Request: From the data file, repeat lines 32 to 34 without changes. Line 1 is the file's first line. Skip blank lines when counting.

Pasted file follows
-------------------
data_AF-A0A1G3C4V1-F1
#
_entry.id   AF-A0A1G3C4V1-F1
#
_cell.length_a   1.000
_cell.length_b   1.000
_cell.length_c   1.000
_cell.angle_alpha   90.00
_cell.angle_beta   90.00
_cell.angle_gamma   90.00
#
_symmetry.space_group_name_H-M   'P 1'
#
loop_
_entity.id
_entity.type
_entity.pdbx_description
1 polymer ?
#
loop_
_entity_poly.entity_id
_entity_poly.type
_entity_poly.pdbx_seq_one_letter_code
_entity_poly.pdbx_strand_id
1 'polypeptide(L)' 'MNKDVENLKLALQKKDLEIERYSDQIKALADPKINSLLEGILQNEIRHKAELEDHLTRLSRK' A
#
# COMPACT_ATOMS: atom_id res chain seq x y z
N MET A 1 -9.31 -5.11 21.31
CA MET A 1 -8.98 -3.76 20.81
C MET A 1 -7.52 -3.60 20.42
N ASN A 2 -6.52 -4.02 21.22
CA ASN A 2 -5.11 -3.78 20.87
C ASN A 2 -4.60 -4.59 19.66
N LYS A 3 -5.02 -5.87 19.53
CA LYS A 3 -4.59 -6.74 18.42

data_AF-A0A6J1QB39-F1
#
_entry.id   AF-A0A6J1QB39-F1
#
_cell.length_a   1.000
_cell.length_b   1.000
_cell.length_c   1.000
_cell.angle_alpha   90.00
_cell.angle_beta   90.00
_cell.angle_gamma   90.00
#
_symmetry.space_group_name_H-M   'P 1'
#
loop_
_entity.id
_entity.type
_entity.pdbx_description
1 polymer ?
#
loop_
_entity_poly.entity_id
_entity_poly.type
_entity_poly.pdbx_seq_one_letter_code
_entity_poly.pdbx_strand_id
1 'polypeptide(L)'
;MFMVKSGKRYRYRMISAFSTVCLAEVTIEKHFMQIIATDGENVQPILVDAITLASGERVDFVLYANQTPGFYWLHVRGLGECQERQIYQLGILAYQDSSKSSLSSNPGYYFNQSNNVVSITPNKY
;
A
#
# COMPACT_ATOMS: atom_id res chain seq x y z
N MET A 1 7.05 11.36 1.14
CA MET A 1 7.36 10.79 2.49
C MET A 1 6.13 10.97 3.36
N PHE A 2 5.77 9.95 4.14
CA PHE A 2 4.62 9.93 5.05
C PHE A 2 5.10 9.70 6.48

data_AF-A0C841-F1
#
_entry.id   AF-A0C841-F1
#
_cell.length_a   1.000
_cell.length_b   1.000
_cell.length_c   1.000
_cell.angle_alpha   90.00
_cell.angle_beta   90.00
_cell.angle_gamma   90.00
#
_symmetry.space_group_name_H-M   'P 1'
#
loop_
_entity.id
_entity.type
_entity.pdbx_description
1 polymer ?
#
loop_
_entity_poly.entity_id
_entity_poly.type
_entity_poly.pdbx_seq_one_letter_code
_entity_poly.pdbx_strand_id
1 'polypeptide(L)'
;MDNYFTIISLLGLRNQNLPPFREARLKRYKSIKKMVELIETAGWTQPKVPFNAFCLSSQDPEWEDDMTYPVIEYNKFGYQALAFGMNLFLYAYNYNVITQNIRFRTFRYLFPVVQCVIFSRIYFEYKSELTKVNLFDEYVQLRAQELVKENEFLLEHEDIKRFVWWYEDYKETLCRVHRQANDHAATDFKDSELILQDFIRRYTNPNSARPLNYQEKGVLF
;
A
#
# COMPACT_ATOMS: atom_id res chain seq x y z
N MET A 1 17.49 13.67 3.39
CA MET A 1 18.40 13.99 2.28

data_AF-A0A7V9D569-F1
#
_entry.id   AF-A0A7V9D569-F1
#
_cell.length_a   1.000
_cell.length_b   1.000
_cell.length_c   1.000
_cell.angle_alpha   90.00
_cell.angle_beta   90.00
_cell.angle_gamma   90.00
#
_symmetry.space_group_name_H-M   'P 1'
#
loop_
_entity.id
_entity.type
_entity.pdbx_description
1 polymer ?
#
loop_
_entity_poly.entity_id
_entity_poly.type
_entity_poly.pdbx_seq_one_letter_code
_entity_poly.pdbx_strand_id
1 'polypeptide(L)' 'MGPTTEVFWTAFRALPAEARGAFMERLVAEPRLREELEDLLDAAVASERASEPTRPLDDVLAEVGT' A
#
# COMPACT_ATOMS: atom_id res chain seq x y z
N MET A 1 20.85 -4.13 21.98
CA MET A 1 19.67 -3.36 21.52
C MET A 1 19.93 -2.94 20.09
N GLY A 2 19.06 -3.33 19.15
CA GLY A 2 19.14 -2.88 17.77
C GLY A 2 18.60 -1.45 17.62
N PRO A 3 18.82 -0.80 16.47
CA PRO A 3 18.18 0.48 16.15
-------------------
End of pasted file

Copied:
CA ASN A 2 -5.11 -3.78 20.87
C ASN A 2 -4.60 -4.59 19.66
N LYS A 3 -5.02 -5.87 19.53